Fashion bloggers are also content creators themselves. LL has made it blessedly easy for us to examine our avatars and dress them and also *mostly* easy for us to take screen captures of our avatars (that latest camera "fix" in the RC stunk--good thing they fixed it). The screen captures they take and then edit, the text they write, the links they make--they are all content creation. Some fashion bloggers do exquisite montages of the creative content that they have purchased or have received with elaborate web formatting and links, many of them only with the compensation of future free content or the appreciation of their readers. In other words, these folks don't get paid for this and as anyone who knows me, I argue that people's skills and time have value.
I appreciate their efforts because I do the blog for House of RFyre, and it can be a considerable time expenditure and cost to style the avatar, find poses and locales, create the image in world and in other software, gather the links, and write a blog. I am fortunate because usually I have the content readily available and Raven makes the final images.
Callie Cline recently asked me to be officer of her fashion bloggers group, one she created to send appreciation to bloggers. I accepted because, frankly, I like Callie a lot. She has shown to me nothing but pure integrity in her dealings with me and others and an amazing savvy about marketing in Second Life. Several people I highly respect have spoken with great admiration of her as well.
So it's to her credit that I agreed to help her because, at the time, I was pretty neutral about bloggers and honestly, I was damn sick of SL. I was tired of being IM'd in the middle of my play time or build time with sometimes selfish requests from random people, I was tired of the drama between friends and others, and I was tired of the stinkin' rolling restarts. I was plain old sick of arguing with everyone. Callie coddled and encouraged me and turned me around.
I wrote a response to an entry by HawksRock Gunawan in a blog he shares with several others, one of whom had her own word to say about his post (heehee). The gist of it is, I am glad I participated and I will continue to participate. I have a new appreciation and thought process about what fashion bloggers are up to. Doesn't mean I love them all. Doesn't mean I think they all do a great job and that none of them need improvement (and will post in the future the notecard I was allowed to send to them with fashion blogging tips). Doesn't mean I am all sweet and am gonna cheerfully accept random IMs in the middle of the night. Just means I now "appreciate" better.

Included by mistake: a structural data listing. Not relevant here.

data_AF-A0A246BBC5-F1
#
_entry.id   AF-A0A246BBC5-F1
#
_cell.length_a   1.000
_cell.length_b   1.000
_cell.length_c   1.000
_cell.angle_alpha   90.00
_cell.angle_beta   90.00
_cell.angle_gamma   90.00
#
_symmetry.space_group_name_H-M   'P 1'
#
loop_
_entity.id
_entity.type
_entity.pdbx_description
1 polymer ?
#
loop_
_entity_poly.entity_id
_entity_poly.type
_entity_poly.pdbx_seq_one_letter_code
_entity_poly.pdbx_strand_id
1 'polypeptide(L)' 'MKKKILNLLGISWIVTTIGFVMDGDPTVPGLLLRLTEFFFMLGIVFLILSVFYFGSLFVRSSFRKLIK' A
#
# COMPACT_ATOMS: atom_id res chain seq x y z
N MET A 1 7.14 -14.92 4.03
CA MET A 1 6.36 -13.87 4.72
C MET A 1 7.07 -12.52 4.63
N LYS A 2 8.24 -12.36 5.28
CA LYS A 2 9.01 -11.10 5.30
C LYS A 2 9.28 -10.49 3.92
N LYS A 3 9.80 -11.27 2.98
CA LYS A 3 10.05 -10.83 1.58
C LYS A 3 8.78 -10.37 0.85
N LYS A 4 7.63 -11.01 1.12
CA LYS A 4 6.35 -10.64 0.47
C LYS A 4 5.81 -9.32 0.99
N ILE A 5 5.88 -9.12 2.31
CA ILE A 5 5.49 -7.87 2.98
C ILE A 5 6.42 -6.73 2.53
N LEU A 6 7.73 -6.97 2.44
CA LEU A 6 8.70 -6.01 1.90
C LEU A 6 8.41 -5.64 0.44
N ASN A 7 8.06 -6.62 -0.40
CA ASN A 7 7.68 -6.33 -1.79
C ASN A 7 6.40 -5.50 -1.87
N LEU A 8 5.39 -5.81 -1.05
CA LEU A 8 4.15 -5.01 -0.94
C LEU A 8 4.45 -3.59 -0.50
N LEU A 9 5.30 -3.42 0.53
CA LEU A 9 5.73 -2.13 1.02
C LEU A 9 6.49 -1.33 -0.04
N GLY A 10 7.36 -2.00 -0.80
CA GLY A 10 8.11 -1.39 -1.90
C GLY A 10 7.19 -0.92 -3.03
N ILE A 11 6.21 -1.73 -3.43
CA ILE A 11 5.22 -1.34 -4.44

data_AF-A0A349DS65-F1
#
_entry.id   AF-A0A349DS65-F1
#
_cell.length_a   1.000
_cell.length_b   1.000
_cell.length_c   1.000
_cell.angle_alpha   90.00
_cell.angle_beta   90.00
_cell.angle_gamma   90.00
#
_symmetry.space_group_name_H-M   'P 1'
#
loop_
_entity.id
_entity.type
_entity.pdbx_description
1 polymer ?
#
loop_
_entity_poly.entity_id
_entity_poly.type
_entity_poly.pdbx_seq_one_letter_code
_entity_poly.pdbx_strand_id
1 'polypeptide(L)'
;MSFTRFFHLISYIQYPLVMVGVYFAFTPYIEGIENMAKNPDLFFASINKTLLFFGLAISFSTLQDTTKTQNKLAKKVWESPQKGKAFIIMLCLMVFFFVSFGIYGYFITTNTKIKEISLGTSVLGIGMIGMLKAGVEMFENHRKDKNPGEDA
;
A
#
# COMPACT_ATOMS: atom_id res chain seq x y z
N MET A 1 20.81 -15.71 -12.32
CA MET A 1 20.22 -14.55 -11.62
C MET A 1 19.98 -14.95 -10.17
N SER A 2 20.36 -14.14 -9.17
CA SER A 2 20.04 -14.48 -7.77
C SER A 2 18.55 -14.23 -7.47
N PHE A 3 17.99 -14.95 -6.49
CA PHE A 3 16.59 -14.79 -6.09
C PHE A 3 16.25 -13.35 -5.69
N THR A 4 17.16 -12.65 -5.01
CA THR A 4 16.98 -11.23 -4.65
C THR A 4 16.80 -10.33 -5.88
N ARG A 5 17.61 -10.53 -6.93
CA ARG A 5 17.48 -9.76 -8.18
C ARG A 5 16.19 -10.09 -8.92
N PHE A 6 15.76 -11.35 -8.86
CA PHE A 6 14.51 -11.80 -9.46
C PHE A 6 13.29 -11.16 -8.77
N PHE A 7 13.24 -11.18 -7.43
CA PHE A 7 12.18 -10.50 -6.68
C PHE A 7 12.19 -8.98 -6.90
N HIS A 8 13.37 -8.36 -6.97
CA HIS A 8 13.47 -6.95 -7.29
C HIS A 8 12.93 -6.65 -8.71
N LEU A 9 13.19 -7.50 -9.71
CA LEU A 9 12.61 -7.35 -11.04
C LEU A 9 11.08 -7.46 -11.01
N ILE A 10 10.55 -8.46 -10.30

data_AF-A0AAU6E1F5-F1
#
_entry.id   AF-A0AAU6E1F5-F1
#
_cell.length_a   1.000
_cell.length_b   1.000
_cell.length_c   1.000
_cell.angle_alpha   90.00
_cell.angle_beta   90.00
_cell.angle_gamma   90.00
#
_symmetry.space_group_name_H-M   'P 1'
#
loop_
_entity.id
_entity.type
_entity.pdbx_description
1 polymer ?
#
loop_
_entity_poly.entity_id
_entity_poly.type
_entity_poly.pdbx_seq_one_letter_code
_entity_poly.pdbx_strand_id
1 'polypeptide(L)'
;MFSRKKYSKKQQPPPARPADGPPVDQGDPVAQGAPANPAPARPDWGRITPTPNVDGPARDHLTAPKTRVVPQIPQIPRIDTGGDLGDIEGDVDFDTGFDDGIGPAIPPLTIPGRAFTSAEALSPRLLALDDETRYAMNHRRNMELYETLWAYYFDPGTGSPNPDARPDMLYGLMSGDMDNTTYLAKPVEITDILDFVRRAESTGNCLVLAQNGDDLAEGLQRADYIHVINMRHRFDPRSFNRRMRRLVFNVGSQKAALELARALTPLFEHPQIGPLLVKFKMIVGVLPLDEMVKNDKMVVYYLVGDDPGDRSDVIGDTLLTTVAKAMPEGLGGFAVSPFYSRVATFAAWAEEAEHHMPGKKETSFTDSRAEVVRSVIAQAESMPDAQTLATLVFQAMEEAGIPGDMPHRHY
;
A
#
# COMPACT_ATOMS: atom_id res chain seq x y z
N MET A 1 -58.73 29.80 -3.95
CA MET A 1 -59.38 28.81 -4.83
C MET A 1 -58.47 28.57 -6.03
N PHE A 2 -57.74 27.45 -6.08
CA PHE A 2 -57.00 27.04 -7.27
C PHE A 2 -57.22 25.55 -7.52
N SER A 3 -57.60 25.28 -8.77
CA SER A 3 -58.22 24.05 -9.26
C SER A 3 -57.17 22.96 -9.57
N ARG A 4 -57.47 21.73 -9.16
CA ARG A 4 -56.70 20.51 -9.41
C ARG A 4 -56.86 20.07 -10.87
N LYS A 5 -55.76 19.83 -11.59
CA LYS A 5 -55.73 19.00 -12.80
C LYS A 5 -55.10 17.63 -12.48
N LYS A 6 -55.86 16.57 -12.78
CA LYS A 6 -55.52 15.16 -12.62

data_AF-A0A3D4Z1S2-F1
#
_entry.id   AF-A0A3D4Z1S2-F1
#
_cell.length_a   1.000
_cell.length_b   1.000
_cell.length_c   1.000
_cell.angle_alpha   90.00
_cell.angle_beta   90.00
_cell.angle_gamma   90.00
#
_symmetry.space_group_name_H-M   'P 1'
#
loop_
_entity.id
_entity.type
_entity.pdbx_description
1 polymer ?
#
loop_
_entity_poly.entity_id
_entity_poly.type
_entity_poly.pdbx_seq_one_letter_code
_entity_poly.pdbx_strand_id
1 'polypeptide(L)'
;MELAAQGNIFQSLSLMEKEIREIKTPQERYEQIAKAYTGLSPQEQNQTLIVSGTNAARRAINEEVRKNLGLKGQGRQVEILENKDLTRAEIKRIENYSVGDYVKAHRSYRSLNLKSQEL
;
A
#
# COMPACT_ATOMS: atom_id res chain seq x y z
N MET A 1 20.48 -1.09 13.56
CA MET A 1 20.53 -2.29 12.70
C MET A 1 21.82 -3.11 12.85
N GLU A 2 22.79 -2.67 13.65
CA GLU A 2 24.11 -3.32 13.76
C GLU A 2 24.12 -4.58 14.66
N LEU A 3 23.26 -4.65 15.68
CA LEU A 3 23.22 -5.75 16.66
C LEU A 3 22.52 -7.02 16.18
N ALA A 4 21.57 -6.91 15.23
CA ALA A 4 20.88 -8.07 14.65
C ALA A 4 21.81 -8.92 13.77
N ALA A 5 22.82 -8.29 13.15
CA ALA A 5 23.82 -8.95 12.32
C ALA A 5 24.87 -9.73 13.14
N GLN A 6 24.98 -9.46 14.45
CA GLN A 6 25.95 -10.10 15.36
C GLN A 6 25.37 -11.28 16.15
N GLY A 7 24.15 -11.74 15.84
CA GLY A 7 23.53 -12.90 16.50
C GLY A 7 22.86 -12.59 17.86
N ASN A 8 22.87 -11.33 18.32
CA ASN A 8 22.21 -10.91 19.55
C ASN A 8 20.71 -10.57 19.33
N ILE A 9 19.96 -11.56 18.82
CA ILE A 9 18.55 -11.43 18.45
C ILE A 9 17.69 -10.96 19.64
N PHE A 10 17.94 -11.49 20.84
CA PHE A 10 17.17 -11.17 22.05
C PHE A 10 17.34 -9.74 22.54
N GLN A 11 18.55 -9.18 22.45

Below is my response to HawksRock, reprinted here because I don't think anyone read it there (not that anyone will read it here either). HawksRock was gracious enough to IM me and compliment me on my response.
I was one of the first Callie approached to help be an officer of the fashion bloggers group when she opened it. She had a simple idea–she would have a Bloggers Appreciation Week. She would hold a party for the bloggers at the end of the week on one of her sims (not the one with her store, thanks). She would send out some nice little things she made and ask others to do so as well. She really only had half an idea of the mechanisms going into it. However, her mandate was pretty simple–she just wanted to show the bloggers appreciation.
I was cynical about the whole enterprise but tempered my cynicism because, frankly, Callie is a nice lady who always comes at things with the best intentions, and after a pretty crappy week, I needed some cheerfulness. SL was really getting to me–I was sick of freebie hunters, lag, rolling restarts, drama, and all of it. To Callie’s credit, I argued with her about some fine points but she talked me out of them in the interest of being NICE to the BLOGGERS. Her message never waivered. Her intent was pure throughout.
After she started the ball rolling, she IM’d me the first day with reports about the participants. (Along the lines of “OMG, we have 50 in the group! Yay!” I am not kidding–she said this. Two hours later, “We have 87! OMG! I didn’t think anyone would join!” She did it in with her characteristic 20 page breaks–two to three words per line.) This thing really did snowball on her.
And yeah, she has some secret underlying ability to turn things into a good campaign. This is not deliberate–she just has it in her! Maybe it’s karmic. Send out to the world what you want back. Send out bile, you get it back. Callie sent out positivity. She got it back.
And yes, the officers put a LOT of time into this as did many other people, including the designers who offered items to the bloggers and Charlotte, who built the party space on Callie’s sim. Callie didn’t do this alone–she never claimed she did.
However, Callie herself sacrificed a lot of time to this–time that would have been otherwise spent on her business. If you have ever run a business in SL, you know time spent in world suddenly has great value. Cost it out–the many hours she dedicated to this group in the many ways she did (including defending it in comments in this blog) will never be recouped financially. She ain’t ever gonna get enough sales to cover that time.
Frankly, Hawks, if anyone should be holding Callie’s feet to the fire for claiming success “alone,” it should be people like me (or Shelly above). You don’t have to do it for me.
The thing is, though, I got what I needed–I saw a lot of bloggers having fun, I received lots of personal thanks, I saw lots of people being excited and creative in their blogs, I met a lot of cool people and learned some new things, and I had a pretty crappy week get turned around by Callie’s enthusiasm spreading through the group.
And Callie personally and publicly thanked me many times. Whether you or any other blogger heard it, I am not sure, but I am satisfied.
So I drank the kool-aid. I came out better for it.